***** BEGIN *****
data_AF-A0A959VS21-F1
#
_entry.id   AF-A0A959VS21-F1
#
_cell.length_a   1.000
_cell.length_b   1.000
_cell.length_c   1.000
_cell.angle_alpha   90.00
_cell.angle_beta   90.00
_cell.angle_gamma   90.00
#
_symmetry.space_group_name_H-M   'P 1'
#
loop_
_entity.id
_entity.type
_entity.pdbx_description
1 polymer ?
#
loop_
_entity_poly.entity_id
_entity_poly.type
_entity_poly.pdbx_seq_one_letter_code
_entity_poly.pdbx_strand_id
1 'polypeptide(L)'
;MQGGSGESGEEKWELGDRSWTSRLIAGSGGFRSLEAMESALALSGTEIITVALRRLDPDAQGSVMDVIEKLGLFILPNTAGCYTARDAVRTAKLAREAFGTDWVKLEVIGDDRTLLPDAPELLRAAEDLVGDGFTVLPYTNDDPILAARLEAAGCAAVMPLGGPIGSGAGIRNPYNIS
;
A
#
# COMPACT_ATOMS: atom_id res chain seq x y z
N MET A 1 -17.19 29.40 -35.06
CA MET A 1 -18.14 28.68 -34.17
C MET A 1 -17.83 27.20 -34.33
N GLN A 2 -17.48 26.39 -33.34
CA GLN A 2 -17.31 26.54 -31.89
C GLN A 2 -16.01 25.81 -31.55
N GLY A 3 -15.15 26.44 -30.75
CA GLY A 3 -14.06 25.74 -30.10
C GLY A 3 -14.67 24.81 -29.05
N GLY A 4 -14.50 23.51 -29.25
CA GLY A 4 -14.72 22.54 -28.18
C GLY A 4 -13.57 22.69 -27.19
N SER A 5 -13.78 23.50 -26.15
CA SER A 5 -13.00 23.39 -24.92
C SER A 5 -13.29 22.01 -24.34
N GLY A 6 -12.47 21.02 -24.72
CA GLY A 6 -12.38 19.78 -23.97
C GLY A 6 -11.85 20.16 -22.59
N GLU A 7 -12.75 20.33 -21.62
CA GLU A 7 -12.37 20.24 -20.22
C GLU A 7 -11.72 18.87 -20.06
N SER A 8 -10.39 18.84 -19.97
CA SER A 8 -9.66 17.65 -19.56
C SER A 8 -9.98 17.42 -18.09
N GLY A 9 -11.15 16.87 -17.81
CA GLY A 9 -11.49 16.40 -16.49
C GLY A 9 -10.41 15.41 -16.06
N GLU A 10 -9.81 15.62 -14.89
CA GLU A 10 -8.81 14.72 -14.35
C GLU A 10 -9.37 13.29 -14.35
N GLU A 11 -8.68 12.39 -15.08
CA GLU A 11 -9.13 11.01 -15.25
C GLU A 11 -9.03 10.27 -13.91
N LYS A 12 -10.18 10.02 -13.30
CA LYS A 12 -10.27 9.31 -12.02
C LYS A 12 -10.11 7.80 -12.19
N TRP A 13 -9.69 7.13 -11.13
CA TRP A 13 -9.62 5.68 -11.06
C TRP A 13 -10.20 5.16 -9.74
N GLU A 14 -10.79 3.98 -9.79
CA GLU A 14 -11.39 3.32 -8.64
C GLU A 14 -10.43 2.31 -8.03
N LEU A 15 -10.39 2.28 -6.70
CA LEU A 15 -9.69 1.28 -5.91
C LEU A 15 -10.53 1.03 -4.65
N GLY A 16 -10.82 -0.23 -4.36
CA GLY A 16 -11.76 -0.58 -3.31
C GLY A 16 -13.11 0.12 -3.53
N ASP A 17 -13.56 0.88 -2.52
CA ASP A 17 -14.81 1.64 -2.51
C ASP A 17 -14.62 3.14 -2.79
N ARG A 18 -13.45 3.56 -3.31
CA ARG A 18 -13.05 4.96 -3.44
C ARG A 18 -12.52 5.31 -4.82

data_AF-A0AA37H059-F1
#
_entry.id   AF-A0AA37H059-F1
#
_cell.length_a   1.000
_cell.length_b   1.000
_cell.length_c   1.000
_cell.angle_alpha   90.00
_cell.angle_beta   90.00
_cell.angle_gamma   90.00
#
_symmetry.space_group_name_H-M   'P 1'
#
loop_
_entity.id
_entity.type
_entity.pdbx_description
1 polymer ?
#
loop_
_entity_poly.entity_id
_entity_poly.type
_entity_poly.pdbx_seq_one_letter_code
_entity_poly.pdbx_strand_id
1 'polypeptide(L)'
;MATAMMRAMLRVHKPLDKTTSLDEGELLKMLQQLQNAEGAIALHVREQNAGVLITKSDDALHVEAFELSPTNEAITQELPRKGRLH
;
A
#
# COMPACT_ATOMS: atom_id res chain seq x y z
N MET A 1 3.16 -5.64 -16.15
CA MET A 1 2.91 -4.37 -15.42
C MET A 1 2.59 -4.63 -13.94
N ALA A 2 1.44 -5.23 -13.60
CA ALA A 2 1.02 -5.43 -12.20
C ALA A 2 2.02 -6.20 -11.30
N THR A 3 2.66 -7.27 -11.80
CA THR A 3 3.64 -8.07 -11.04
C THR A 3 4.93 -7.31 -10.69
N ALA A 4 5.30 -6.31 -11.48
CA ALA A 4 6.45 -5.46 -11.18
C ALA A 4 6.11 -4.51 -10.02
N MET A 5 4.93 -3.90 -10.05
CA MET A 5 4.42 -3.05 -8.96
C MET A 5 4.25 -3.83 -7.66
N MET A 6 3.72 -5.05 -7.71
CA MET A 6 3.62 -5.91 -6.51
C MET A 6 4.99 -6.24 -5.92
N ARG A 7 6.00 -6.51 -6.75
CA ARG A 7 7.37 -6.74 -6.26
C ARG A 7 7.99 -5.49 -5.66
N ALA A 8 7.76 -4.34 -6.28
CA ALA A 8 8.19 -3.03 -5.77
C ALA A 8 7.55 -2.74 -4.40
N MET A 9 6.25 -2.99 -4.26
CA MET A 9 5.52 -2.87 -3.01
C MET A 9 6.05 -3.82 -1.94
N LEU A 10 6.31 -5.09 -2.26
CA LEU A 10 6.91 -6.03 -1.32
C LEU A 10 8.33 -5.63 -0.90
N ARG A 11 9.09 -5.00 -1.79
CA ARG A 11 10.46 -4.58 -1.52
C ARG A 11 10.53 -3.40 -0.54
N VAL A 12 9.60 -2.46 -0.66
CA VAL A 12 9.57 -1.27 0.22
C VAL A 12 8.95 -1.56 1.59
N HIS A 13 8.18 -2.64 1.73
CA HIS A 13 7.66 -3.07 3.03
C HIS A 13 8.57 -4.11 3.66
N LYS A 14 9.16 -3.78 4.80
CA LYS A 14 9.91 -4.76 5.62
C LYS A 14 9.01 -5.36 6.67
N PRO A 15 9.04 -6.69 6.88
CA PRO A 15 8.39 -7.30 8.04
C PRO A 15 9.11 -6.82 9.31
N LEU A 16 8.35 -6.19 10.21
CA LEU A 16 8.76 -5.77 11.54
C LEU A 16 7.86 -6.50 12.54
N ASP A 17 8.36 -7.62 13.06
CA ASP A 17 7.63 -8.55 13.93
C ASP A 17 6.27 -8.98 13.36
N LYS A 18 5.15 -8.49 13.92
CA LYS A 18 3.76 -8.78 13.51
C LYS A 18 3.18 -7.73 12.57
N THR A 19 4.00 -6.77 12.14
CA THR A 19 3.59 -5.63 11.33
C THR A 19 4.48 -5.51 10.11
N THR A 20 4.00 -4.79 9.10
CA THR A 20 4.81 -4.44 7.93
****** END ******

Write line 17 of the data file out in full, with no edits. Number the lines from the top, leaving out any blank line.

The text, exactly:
_entity.pdbx_description